Zack Zehner will most likely start the season at High-A Tampa, but depending on who stays and goes from Trenton, he could very well be taking his trip up north sooner than you think. After his performance last season, expectation will be high for him. He’ll need to show a more consistent bat, and better speed as he mentioned. His plate discipline will be tested as it was in the second half, but for a lengthy body he sees pitches well. Coming from behind in the count will still be an issue for him as well, which means he’ll need to make those same adjustments in-game through the weeks. Overall Zehner is a solid guy to look forward to, his size and speed for his size makes him an interesting asset in the outfield for Tampa or Trenton.


2016 Season in Review: Eduardo Rivera

Eduardo Rivera in the fall instructional league. (Bryan Green)

Eduardo Rivera debuted with the Yankees in 2011, and has always been known as a pitcher with a big arm. However, his lack of control made him a complete non-prospect. He might’ve been throwing upper 90’s, but It’s hard to get that excited over a prospect that had an 8.06 BB/9 through the first four season of his career. It was only until 2015, that he started to look like a decent pitcher. However, most ignored his solid numbers, which is certainly understandable considering his track record, and the fact that he was a 22-year-old playing in the APPY league.

Which brings us to 2016 where we could say he finally started to ascend through the Yankees system, and actually ended his season playing against age-appropriate competition.

Rivera’s season began with the Staten Island Yankees of the NYPL, where he pitched 12.1 innings and gave up zero runs. His walk rate was still high (4.4 per 9), but for the first time in his career he was pitching well despite his overall poor control.

His performance led to a quick promotion to Class-A Charleston. Rivera pitched 14.1 innings at this level, and did even better than he had in the NYPL. Most notably he got his BB/9 down to just 3.1, and only allowed 4.4 H/9. His improved control helped him achieve greatness in A-ball as he put up the following numbers: 1.26 ERA, 1.73 FIP, 13.2 K/9, .837 WHIP.

While the above numbers are impressive, it should be noted that Rivera posted them as a 23-year-old in A-ball. Which would make him about a year too old for the level. Once the Yankees pushed him to an age-appropriate league (High-A), his control did once again waver.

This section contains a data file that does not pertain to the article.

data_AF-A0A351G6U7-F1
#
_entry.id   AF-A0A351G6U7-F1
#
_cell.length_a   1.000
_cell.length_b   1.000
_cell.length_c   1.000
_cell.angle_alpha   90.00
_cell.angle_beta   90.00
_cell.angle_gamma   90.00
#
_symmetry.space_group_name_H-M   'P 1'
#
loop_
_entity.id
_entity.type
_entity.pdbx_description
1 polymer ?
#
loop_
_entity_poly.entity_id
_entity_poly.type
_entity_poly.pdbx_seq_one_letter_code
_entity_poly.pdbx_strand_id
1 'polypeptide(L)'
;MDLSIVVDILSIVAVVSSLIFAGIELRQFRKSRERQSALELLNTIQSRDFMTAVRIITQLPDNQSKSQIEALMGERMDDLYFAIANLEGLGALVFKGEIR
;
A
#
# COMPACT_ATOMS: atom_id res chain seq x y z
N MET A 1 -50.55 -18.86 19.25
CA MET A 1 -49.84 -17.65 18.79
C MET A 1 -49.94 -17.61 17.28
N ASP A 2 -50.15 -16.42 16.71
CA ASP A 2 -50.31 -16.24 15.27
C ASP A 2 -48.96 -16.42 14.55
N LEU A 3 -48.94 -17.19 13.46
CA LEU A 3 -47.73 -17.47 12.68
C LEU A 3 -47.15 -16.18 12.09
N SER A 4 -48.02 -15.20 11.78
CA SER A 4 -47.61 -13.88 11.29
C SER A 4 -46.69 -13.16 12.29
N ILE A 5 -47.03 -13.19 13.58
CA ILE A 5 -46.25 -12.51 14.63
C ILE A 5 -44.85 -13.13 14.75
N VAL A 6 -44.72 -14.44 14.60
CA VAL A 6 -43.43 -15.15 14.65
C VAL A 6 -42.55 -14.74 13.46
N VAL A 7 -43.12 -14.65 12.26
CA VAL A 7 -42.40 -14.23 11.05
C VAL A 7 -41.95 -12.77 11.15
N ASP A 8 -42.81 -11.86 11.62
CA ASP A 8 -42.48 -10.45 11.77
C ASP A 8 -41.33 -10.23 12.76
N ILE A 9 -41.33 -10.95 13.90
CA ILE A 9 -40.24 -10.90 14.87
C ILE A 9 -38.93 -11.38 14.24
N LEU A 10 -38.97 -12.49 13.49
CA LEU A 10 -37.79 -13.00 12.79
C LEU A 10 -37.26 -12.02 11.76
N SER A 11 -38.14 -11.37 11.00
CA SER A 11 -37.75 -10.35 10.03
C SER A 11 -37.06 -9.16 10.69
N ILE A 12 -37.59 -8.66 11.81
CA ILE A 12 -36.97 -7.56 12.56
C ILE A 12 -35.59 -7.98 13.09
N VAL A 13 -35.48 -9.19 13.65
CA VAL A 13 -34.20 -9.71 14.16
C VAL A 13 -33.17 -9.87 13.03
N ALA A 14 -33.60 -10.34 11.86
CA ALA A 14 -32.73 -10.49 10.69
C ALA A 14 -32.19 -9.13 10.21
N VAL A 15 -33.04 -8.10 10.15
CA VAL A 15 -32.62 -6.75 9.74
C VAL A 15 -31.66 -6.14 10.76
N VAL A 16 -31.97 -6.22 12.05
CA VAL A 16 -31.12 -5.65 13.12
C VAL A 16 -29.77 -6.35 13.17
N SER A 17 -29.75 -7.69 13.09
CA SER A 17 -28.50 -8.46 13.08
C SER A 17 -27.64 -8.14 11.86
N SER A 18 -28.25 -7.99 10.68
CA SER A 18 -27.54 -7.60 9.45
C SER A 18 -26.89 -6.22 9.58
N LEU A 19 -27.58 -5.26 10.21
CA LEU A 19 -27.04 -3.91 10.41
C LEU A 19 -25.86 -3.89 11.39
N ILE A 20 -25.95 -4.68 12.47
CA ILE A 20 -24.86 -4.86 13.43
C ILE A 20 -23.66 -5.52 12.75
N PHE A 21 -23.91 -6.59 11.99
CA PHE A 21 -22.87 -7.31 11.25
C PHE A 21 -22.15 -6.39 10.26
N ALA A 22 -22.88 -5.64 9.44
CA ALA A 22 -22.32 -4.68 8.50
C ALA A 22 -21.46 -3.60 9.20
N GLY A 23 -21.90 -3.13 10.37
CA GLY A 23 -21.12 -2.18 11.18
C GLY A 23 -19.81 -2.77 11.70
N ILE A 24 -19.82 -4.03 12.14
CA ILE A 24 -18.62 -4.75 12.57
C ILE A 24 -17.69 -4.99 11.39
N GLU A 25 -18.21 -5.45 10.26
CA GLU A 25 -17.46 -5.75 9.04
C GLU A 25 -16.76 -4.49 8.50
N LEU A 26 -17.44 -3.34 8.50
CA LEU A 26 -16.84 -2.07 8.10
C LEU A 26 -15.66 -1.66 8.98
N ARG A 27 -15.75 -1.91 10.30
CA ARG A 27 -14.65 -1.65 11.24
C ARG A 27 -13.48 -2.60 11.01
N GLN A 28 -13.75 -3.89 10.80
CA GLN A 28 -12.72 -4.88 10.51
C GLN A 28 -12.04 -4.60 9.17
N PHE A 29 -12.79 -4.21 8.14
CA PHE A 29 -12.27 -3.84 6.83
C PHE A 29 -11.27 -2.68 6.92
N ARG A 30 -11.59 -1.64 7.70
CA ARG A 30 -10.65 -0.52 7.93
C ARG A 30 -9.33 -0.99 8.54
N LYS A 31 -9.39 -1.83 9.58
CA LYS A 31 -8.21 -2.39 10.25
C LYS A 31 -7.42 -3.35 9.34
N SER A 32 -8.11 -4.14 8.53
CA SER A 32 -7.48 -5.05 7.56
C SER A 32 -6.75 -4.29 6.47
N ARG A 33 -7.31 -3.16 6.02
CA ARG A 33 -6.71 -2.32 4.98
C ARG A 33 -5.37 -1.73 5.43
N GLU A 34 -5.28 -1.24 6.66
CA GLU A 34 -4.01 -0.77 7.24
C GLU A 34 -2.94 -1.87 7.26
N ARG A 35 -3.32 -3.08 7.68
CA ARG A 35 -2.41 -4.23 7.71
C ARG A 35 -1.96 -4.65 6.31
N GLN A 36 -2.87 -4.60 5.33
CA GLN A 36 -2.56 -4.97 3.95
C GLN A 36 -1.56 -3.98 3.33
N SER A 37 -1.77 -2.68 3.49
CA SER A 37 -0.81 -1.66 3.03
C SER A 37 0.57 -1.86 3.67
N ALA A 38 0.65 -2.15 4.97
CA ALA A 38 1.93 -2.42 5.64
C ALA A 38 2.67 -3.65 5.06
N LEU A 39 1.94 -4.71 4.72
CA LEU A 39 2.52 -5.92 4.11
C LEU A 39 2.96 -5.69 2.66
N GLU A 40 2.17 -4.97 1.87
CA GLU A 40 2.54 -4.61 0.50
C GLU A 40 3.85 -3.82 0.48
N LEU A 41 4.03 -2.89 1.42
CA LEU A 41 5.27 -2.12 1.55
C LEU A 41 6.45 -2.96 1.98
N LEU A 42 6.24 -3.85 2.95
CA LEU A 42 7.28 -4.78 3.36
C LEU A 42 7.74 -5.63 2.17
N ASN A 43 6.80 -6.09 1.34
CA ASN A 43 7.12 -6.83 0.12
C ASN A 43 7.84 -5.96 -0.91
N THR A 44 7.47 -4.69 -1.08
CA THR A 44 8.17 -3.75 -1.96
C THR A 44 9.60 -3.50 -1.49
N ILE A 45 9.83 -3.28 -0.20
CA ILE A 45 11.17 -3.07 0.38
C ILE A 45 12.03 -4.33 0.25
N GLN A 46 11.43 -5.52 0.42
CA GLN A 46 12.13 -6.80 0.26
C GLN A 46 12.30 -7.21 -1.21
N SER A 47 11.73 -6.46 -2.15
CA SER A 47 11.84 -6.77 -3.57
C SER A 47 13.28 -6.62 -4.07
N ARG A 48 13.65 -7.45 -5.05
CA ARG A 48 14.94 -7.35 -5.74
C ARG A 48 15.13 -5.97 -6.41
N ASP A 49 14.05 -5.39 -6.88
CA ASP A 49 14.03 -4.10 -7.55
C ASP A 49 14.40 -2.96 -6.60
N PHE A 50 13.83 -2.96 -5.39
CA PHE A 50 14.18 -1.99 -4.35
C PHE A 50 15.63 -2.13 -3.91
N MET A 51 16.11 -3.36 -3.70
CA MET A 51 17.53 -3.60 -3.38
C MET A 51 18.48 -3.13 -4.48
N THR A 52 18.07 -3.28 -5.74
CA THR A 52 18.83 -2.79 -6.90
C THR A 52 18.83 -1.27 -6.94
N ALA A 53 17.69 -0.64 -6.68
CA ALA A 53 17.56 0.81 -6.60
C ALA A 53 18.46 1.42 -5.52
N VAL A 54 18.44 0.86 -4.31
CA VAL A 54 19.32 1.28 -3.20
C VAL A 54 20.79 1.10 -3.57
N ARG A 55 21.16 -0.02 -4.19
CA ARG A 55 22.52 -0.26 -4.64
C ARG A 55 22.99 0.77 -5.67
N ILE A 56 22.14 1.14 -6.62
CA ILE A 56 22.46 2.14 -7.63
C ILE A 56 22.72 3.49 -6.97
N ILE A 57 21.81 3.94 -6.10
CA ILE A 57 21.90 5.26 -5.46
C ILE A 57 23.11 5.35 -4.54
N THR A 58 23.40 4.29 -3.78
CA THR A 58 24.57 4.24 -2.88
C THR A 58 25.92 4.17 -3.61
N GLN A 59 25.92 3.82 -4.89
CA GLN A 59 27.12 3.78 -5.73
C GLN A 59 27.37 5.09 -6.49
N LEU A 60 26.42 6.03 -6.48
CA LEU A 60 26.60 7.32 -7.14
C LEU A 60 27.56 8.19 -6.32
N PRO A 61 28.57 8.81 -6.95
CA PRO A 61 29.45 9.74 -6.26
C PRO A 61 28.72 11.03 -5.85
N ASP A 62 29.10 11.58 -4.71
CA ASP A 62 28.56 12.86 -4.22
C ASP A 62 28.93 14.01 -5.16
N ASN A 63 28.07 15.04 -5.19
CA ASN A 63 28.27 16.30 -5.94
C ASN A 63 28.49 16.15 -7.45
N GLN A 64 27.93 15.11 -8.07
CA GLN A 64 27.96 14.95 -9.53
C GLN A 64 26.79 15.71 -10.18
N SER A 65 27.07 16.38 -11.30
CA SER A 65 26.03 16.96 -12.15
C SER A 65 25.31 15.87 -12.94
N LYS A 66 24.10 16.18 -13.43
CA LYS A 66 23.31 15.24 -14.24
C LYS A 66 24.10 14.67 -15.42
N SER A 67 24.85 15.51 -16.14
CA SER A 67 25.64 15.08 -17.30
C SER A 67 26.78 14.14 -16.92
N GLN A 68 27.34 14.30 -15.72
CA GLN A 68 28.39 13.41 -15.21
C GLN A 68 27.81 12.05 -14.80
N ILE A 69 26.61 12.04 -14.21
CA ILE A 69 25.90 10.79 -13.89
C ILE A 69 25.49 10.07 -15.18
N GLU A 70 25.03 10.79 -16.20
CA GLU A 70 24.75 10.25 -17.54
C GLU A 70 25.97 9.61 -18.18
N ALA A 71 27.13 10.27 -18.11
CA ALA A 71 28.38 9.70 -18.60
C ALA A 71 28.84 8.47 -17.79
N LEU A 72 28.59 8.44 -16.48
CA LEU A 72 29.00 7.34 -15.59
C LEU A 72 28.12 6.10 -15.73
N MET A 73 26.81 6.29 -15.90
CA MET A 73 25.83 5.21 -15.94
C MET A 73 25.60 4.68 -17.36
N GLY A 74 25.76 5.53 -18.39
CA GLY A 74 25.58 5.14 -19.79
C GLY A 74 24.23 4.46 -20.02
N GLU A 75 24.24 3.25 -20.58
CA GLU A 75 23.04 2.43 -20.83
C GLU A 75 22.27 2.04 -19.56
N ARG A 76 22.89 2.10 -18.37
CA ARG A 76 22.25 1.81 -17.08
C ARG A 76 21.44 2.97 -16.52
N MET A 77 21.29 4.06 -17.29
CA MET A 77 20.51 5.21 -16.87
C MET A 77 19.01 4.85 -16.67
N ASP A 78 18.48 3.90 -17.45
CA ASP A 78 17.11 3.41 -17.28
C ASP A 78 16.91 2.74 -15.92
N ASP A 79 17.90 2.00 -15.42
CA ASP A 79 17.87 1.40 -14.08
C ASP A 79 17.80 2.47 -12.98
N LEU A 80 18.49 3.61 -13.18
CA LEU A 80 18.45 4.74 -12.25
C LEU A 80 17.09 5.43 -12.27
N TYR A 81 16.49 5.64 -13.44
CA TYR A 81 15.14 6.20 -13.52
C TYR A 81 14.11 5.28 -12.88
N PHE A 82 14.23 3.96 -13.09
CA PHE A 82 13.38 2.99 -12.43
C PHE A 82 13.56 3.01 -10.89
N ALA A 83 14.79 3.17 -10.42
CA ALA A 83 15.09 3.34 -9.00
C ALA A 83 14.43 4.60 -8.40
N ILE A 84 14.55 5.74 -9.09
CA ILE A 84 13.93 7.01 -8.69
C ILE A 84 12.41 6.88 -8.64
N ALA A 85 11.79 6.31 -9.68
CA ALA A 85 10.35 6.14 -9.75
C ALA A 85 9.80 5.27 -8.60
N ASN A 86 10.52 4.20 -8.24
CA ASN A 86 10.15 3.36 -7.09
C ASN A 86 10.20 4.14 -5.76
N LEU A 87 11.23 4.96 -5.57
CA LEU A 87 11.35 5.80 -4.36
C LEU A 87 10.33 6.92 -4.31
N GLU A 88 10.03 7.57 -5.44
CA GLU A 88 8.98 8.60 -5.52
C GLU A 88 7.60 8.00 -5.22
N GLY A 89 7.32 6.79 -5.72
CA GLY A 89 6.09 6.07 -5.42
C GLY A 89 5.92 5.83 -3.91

In those 7 innings Rivera seemed to revert back to his old-self. He walked 8 batters, and gave up 7 hits. It’s not like he one bad appearance either, he consistently had bad games in High-A. The only positive stat was that he struck out 13 batters. While it was only 7 innings, I do feel that it shows that Rivera still needs to work on his control. With that said his overall season was very impressive, and it’s clear that he’s finally beginning to make progress.

Rivera’s fastball and curveball combination, could make him a solid bullpen piece in the future, but he wants to be a true back-end reliever he has to learn how to throw strikes on a consistent basis. He’s certainly a name to watch out for in 2017. Assuming the Yankees don’t lose him in the rule-5 draft—which is probable—he should begin the 2017 season in Tampa, and if he can continue to improve he should move through the system pretty quickly.

Off-Season Interview: Kevin Cornelius

Kevin Cornelius with the Tampa Yankees in 2016 (Bryan Green)

Kevin Cornelius is one of many Yankees prospects on the move. After starting the season in Pulaski, he was then promoted to High-A Tampa after taking the Appalachian League by storm. In 13 games, Cornelius posted five doubles, six homers, and 21 RBIs. He then would have a solid season for Tampa, contributing to their huge offensive season. With a .277 average, he’d add on nine doubles, seven home runs, and 27 RBIs. Cornelius did have some things to improve on from last season, fielding and size being some. I talked to Cornelius about his time in Tampa last season, playoffs, and how he’s preparing for whatever may come in 2017.

Starting in the playoffs, what was it like heading in? What was your mindset?